la la land

communication is abstract; between what is communicated are spaces called ambiguity. it is within these spaces that what is communicated is interpreted. videogames, being inherently a form of communication (the player provides input, the game responds with output, the player responds to that output with further input), contain a great deal of abstraction.

the la la land games, of which there are (to my knowledge) five, are haunting and surreal short tales. in the way that static might draw attention to the pauses in a phone conversation, la la land emphasizes those vast between-spaces in the dialogue between player and game. it is here that the games take place.

la la land is highly regarded in my circle of friends but rarely-mentioned otherwise; i was happy to see la la land 5 in paul eres’s hundred game maker games video (and close on the heels of mighty jill off, too). i’ve known the games to be hard to find for a while, particularly the first (and fairly different) episode, so i’m hosting them here: all five la la land games.

34 thoughts on “la la land”

  1. hot damn, i can finally play the first one. thanks for hosting it!

    incidentally, this series has absolutely transfixed everyone i’ve shown it to. i tried to email the creator once but to no avail. somebody find that guy and interview him!

  2. Is there an ending to the first game, or does the number just keep counting up?

    Either way, these were really awesome. I don’t pay much attention to the GameMaker scene, so I never would have found out about these…

  3. One of the many magical moments at KE3: Andrew Toups has just rigged his laptop to display on the television, and he introduces us to La La Land. It’s an excellent way to experience the games; too bad those conditions are so difficult to reproduce.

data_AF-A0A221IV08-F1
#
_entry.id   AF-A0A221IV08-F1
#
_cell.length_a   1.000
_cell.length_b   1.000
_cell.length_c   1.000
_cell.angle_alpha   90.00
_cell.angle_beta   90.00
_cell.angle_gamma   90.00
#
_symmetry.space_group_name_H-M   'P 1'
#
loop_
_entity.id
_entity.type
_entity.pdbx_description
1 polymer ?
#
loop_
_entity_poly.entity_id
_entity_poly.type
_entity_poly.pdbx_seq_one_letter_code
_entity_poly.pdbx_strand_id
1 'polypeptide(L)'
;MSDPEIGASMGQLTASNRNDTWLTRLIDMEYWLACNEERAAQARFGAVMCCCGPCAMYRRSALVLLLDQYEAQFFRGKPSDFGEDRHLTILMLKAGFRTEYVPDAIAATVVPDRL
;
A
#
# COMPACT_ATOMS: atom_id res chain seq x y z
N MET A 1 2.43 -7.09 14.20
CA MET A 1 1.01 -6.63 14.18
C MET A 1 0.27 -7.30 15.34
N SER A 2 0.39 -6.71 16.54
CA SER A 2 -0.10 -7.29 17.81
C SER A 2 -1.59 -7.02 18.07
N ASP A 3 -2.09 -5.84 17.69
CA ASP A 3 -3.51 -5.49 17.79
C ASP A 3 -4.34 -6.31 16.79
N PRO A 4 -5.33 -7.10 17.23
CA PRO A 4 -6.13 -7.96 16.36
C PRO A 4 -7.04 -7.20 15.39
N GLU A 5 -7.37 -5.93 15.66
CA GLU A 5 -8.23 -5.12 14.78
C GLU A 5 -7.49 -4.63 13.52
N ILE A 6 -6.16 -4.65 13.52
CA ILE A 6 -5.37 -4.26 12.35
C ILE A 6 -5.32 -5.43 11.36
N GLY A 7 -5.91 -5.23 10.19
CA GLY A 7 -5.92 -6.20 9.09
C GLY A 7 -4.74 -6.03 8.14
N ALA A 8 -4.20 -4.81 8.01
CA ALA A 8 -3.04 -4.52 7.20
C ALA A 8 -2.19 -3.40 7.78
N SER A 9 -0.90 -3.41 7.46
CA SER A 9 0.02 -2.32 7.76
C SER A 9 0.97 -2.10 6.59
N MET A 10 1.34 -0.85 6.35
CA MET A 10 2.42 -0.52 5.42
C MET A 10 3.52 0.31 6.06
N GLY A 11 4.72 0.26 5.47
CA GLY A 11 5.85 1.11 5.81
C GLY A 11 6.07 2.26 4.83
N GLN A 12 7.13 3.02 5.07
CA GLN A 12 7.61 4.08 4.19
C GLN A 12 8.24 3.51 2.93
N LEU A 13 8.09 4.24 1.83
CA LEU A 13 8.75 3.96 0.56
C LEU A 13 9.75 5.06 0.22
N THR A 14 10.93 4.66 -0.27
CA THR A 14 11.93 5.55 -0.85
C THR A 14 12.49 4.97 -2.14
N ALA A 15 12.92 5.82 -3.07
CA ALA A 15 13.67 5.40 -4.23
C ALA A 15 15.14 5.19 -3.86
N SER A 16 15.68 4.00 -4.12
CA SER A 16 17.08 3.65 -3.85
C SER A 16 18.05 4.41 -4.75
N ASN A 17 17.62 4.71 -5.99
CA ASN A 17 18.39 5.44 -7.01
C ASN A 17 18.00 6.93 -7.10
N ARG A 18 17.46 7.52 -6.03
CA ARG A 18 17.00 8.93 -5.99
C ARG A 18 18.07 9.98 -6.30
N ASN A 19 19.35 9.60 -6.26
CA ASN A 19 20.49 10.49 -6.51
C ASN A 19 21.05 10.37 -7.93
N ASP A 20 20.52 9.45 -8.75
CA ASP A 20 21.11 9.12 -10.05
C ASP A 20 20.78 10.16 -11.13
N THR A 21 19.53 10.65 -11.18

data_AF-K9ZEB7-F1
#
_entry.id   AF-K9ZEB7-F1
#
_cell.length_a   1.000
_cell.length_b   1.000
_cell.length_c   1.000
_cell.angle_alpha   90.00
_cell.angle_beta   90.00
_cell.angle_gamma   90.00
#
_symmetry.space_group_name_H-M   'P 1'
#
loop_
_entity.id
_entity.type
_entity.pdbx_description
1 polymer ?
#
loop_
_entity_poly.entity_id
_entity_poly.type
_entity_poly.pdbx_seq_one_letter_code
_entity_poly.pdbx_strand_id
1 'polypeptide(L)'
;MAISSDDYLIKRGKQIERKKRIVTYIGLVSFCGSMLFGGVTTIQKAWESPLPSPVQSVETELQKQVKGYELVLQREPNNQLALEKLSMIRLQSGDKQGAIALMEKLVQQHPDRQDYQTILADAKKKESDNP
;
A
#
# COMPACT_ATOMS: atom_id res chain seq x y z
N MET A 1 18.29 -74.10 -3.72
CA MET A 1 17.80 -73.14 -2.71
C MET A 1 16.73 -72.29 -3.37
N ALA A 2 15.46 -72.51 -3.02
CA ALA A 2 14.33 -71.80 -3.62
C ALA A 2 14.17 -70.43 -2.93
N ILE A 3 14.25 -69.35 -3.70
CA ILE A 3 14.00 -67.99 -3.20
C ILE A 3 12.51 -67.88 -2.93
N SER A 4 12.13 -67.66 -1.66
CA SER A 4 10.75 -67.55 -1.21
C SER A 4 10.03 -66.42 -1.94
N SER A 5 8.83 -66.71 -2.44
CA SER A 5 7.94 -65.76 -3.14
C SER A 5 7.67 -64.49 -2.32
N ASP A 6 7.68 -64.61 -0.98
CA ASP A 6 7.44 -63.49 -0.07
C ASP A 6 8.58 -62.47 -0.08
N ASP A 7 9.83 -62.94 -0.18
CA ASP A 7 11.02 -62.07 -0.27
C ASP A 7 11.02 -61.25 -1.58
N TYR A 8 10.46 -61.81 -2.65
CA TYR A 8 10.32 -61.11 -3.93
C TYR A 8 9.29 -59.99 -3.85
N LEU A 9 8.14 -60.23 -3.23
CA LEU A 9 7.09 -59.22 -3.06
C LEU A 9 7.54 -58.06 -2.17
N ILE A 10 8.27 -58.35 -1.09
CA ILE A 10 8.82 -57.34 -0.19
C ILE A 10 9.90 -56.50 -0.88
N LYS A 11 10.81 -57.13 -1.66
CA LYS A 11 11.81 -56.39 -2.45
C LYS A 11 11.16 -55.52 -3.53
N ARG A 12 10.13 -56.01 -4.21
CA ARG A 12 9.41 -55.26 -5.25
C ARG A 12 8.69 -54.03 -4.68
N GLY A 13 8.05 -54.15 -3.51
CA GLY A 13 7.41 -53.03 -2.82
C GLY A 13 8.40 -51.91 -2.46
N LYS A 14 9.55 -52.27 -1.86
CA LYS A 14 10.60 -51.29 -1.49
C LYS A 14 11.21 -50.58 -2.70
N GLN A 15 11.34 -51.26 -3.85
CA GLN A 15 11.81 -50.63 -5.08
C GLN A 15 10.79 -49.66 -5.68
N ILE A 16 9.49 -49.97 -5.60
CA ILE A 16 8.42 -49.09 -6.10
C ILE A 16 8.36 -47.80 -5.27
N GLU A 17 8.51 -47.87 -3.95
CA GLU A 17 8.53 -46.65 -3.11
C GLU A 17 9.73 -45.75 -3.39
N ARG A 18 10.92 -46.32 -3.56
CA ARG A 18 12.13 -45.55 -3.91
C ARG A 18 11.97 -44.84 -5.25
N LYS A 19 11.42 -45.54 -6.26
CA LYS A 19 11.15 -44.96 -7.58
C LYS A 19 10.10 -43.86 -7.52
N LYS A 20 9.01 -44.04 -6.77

4. as far as i know, there’s no ending to la la land 1. the other episodes all tell definite (if ambiguous) stories; the first is what costik would call a “tone poem”. rather than leading the player through a narrative, it imparts a mood. pretty effectively, too.

  5. I love the La La Land series. I thought I was the only one that had the first one.

    Fantastic games.

  6. I’m really into this kind of stuff!
    Games with a weird atmosphere like La La Land, the Mother series, Yume Nikki, Neftelia (you can see videos of it on YouTube), Switch/Panic… I think this weird/inexplicable stuff is called “tanasinn” by the Japanese.

    BTW, these Hatsune Miku videos are also similar to La La Land:
    Be sure to see Fuzaino Mori Inside & Fuzaino Mori Outside.

    I hope you still check comments on old posts… :<

  7. These don’t seem to be working for me for some weird reason. They open and run, but not in any way that I can view or interact with, other than seeing them listed under processes if I open up the task manager. I dunno, maybe my computer’s just weird about it?

  8. they don’t run on my computer either. i think it’s because they were made with a super-early version of game maker and windows seven doesn’t play well with anything more than a few years old. maybe someone could decompile the games and build them in the latest windows version of game maker? maybe that’d work?

    i’m at least happy that this game is finding a new audience in mac users.

  9. Hey I love this series a lot.I thought that the music in these games was aces and was sad to see nobody post mp3’s of it. I am not sure if anyone still visits this page but I was able to extract the music and sprites from all the games in the La La Land series. If anyone’s interested in those here are the links

  10. There are gift businesses that specialise in manufacturing affordable gift items for corporate purpose

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